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Pulmonary Rehab: Strength Training

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Welcome to the second installment of Pulmonary Rehab/Training for this season’s adventures. If you missed the first one, check it here. It’s informative.

Strength training is important for everyone, not just those of us with lung conditions. However, getting and keeping ourselves stronger will improve out functioning, can help our progression, and can help get those endorphins moving…to quote Elle Woods

Elle Woods from Legally Blonde saying Exercise gives you endorphins. Endorphins make you happy. Happy people just don't shoot their husbands, they just don't. Photo from POPSUGAR

My experience

Like I mentioned in the other Pulmonary Rehab post, I have chronic pain issues along with mu lung stuff, so my strength training focuses mostly on exercises that will help with those. However, what I do works well for hiking training as it helps with all of the leg muscles, glutes, back, shoulders, arms, chest, and core. Basically the whole damn body.

That being said, a body making those movements is able to keep making those movements with decreased chance of injury. Those who know, the chance is never zero, but I’ll take less likely any day.

That’s cool and all, but get to the exercises…

Can do! But first…as always, I am not a professional, I just spend a lot of time with them. It’s probably in your best interest to work with professionals at the beginning of your program so they can monitor you and help if needed. It isn’t abnormal for oxygen saturations to drop while working out and no one needs to get dizzy and fall. That would cause other problems…

Okay, but remember to warm up

Before I even think about jumping on a machine, I make sure to do the stretches, range of motion exercises, etc. This is tailored to my needs, but they won’t hurt anyone unless you have restrictions. If you do, you probably have an idea on how to work with them from the person on your care team who put you on them.

Since I do a short 10 minute jaunt on the treadmill before I lift, I do the same type of warm up as I do on cardio days. Plus, I never do them enough outside of the gym so it does my body good.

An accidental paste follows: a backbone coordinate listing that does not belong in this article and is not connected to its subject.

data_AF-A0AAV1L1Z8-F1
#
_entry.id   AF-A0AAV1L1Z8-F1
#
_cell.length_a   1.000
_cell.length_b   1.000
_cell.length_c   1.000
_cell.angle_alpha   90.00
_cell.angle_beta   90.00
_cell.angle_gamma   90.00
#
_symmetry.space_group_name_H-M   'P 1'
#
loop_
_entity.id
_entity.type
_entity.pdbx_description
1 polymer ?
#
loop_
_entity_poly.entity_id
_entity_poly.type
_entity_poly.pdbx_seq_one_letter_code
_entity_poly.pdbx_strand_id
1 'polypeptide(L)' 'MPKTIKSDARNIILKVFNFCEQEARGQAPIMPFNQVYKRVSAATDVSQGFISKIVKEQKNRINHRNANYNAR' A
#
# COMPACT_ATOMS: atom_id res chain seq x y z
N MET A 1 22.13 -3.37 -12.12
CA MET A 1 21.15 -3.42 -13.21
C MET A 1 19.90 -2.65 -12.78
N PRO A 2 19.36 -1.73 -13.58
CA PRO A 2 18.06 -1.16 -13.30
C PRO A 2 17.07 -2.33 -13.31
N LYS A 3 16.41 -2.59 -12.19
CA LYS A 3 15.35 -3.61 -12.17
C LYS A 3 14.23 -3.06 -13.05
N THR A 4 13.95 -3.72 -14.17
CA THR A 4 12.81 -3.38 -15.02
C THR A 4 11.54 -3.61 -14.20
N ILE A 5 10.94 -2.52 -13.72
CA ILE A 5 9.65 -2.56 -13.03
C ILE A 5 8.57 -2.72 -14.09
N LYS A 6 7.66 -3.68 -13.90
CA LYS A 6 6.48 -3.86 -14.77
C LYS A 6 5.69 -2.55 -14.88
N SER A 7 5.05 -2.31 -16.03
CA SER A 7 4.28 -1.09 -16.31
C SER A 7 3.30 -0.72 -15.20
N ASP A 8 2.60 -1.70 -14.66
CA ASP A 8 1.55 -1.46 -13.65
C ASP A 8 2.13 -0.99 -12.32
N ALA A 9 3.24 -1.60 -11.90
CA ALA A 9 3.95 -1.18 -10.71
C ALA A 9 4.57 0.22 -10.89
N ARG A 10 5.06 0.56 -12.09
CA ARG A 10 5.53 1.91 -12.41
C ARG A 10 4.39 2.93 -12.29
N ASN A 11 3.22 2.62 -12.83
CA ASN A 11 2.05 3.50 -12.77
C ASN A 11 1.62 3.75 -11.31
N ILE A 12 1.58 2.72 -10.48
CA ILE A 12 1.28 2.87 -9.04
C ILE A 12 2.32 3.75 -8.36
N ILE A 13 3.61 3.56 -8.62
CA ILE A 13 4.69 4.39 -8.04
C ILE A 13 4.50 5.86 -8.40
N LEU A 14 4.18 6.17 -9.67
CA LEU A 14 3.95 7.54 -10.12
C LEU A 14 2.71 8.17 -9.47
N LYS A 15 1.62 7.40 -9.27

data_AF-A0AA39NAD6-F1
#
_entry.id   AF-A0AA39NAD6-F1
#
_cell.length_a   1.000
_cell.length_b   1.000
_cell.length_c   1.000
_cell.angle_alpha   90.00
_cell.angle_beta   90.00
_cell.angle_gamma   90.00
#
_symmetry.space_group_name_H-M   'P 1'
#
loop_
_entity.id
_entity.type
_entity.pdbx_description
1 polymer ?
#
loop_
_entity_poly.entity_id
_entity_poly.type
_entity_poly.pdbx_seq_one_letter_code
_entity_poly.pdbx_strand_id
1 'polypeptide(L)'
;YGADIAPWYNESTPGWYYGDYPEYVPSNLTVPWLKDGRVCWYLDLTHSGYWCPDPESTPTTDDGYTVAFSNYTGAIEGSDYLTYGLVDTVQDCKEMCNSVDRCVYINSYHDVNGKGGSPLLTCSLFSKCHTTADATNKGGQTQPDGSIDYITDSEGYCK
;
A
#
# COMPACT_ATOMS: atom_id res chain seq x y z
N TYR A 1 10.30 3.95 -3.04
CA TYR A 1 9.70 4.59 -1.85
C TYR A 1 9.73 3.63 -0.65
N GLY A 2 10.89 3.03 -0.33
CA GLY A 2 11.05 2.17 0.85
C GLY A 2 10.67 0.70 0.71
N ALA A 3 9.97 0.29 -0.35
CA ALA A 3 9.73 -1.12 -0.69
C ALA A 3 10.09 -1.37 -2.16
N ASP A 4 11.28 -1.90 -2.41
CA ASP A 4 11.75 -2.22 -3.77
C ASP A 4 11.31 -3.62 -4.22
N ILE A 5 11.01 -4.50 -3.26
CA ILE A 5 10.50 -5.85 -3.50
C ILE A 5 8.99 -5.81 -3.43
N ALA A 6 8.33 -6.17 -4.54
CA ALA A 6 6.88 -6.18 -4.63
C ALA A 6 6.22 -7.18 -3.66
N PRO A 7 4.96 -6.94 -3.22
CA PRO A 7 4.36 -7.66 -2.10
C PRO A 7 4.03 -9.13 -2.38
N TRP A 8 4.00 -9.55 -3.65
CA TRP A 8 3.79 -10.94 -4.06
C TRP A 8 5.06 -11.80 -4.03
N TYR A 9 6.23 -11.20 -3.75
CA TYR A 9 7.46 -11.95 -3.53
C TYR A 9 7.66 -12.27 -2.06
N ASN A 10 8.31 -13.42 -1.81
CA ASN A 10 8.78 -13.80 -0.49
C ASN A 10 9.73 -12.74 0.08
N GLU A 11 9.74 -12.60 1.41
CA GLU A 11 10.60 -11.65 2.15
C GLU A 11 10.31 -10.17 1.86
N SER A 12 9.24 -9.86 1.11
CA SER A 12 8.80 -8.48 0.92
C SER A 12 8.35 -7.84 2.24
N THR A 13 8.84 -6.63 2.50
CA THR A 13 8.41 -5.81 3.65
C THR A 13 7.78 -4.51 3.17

• Hip circles, tilts, and side-to-sides on the exercise ball to get the pelvis ready for movement. I also do standing range of motion for my hips because having your ball and socket joints moving properly is good for doing everything.
  • Some stretching for each set of leg muscles. I do calf, quadriceps, inner and outer thighs, hip flexors. I heard somewhere that dynamic (moving) stretching is better for pre-workout and static (not moving) is better post-workout, which makes sense, but I do a mixture of both.
  • Stretch my arms, shoulders, and neck with the exercises I have picked up from PT and my chiropractor over the years. These include range of motion as well.
  • I even do some of my TMJ exercises because I am standing in front of a mirror.

I will share all of these in more detail if you’d like, just shot it out in the comments and they’ll be yours.


I’ve attached my strength training log for your perusing. Keep in mind, I worked with PT to some up with these. I did not create this program on my own.

I have been on the same weight and reps for years and while it’s frustrating AF for me. When I get too down on myself, my therapist (along with a friend of mine) remind me that the overall goal is to maintain (not get worse). While I’d love to increase all of those numbers, I have to grant myself grace and remember that I am doing the best I can with my current level of functioning.

The same goes for you! Do your best and forget the rest. Your best will look different every day, so just do what you can. Overdoing it does nothing but set you back.

Tips and Tricks

The tips and tricks from part one fit here too, so look at those if you haven’t. I’ve added some more.

  • Form is important. If you’ve exercised in the past, you’ve likely had your ears talked off about form. If you do the exercises without proper form, you can injure yourself (speaking from someone who has…..). Watch yourself in the mirror or use the machines (like I do). You kind of have to be in proper form when your on the leg curl machine.
  • Rest between exercises if you need to. There is no shame in going slower if that is what your body needs.
  • Ask for help if you are unsure. The gym staff/Physical Therapist/Person running Pulmonary Rehab are there to help and should be able to tell you how to use the machines in the correct way.

And as always…Be safe out there! Seeyalaterbye <3

Also, if you feel called to help a sista out with her travels, check this out!

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